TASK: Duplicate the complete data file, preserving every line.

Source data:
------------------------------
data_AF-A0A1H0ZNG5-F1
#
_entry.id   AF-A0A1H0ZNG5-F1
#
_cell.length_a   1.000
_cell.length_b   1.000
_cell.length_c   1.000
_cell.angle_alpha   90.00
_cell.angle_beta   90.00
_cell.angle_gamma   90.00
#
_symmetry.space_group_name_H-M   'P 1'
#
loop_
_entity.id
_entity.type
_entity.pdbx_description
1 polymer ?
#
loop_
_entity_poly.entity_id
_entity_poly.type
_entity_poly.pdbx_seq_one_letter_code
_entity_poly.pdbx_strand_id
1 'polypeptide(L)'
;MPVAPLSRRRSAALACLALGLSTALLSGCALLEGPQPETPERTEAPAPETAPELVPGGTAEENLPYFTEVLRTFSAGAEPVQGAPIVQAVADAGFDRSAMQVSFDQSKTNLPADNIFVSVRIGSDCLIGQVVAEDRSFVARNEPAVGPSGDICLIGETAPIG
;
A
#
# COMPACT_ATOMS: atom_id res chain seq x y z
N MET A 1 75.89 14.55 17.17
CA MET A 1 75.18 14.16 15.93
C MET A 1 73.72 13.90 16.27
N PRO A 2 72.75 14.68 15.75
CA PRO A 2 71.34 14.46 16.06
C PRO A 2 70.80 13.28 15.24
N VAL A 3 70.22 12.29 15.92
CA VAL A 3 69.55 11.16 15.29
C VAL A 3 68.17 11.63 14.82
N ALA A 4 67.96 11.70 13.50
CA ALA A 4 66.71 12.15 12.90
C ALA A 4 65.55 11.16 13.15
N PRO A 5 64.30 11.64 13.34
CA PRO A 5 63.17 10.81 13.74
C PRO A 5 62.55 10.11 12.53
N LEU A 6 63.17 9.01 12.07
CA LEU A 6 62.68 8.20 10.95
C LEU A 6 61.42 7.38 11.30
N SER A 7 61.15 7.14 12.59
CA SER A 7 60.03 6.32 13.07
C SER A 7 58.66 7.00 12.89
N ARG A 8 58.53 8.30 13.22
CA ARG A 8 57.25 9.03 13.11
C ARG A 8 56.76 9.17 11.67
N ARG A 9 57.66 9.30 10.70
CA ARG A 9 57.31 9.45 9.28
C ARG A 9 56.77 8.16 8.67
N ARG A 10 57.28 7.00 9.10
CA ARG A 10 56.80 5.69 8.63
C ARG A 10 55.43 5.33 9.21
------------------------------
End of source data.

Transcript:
data_AF-A0A1H0ZNG5-F1
#
_entry.id   AF-A0A1H0ZNG5-F1
#
_cell.length_a   1.000
_cell.length_b   1.000
_cell.length_c   1.000
_cell.angle_alpha   90.00
_cell.angle_beta   90.00
_cell.angle_gamma   90.00
#
_symmetry.space_group_name_H-M   'P 1'
#
loop_
_entity.id
_entity.type
_entity.pdbx_description
1 polymer ?
#
loop_
_entity_poly.entity_id
_entity_poly.type
_entity_poly.pdbx_seq_one_letter_code
_entity_poly.pdbx_strand_id
1 'polypeptide(L)'
;MPVAPLSRRRSAALACLALGLSTALLSGCALLEGPQPETPERTEAPAPETAPELVPGGTAEENLPYFTEVLRTFSAGAEPVQGAPIVQAVADAGFDRSAMQVSFDQSKTNLPADNIFVSVRIGSDCLIGQVVAEDRSFVARNEPAVGPSGDICLIGETAPIG
;
A
#
# COMPACT_ATOMS: atom_id res chain seq x y z
N MET A 1 75.89 14.55 17.17
CA MET A 1 75.18 14.16 15.93
C MET A 1 73.72 13.90 16.27
N PRO A 2 72.75 14.68 15.75
CA PRO A 2 71.34 14.46 16.06
C PRO A 2 70.80 13.28 15.24
N VAL A 3 70.22 12.29 15.92
CA VAL A 3 69.55 11.16 15.29
C VAL A 3 68.17 11.63 14.82
N ALA A 4 67.96 11.70 13.50
CA ALA A 4 66.71 12.15 12.90
C ALA A 4 65.55 11.16 13.15
N PRO A 5 64.30 11.64 13.34
CA PRO A 5 63.17 10.81 13.74
C PRO A 5 62.55 10.11 12.53
N LEU A 6 63.17 9.01 12.07
CA LEU A 6 62.68 8.20 10.95
C LEU A 6 61.42 7.38 11.30
N SER A 7 61.15 7.14 12.59
CA SER A 7 60.03 6.32 13.07
C SER A 7 58.66 7.00 12.89
N ARG A 8 58.53 8.30 13.22
CA ARG A 8 57.25 9.03 13.11
C ARG A 8 56.76 9.17 11.67
N ARG A 9 57.66 9.30 10.70
CA ARG A 9 57.31 9.45 9.28
C ARG A 9 56.77 8.16 8.67
N ARG A 10 57.28 7.00 9.10
CA ARG A 10 56.80 5.69 8.63
C ARG A 10 55.43 5.33 9.21